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Linked data technologies to organise historic records

An enterprising e-research solution has shown great promise in tracing the path of historical documents and manuscripts, enabling more accurate visual and digital representation of historical records.
Linked data technologies to organise historic records
An important part of understanding European cultural heritage lies in tracing the path of cultural objects and collections from one owner to the other throughout the centuries. The EU-funded PHILLIPPS (Reconstructing the Phillipps Manuscript Collection: using Linked Data technologies to analyse the creation and dispersal of a major European cultural heritage collection) project assessed innovative e-research methodologies for accomplishing this task.

To achieve its aims the project team chose a specific collection, namely the manuscript collection of Sir Thomas Phillipps, representing 40,000 medieval and early modern European manuscripts or documents. It worked on presenting data on the history of this collection in a more understandable way using graphic representation. This involves collecting the relevant data records from different sources (libraries, museums, online catalogues etc.), mapping them to a data model, and inputting them into the right software for analysis and visualisation.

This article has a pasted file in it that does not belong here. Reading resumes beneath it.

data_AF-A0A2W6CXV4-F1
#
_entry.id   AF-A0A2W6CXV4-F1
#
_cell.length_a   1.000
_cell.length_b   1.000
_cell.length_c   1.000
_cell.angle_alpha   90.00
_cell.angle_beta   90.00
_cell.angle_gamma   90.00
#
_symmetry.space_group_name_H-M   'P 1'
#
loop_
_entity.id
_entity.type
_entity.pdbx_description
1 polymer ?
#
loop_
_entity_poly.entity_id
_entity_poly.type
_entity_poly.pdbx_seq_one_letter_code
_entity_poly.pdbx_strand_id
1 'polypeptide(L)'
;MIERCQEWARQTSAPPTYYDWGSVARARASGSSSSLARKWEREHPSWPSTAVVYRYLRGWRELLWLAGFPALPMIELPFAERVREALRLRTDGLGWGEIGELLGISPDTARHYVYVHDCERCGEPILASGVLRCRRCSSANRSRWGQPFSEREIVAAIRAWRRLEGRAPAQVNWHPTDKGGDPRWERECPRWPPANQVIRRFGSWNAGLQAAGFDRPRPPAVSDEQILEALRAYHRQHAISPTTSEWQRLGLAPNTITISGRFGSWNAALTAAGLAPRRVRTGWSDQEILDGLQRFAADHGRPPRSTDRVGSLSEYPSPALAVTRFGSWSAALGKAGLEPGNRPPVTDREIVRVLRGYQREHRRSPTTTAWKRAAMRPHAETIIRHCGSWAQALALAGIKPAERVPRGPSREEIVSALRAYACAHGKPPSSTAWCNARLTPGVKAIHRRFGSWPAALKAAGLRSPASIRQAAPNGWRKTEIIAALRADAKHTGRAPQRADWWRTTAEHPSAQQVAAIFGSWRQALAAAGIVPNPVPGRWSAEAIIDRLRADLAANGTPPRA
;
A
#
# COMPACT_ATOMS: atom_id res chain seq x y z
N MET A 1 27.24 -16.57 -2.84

The team thoroughly collected the required data, developed the appropriate data model, and assessed potential software platforms for processing the data in order to present it in a useful format. In more technical terms, it opted for the Neo4j graph and Nodegoat database environments, concluding that Nodegoat was the most suitable option for the project’s purposes.

Importantly, the project team was able to determine how many former Phillipps manuscripts ended up in North American collections. It also deduced how many were eventually owned by the notable collector Sir Alfred Chester Beatty. This demonstrated the soundness of the approach and usefulness of the e-research approach for other cases and in other contexts.

The project outcomes will be useful for historians, institutions and curators, as well as for those working in digital humanities and data modelling. The project’s results have been disseminated through conferences, publications and social media, ensuring that interested parties can exploit these emerging data technologies. Understanding our past in a more efficient way, through cutting-edge technology, is one of the keys to building a brighter future.

Related information


Life Sciences


Manuscript, e-research, cultural heritage, PHILLIPPS, digital humanities
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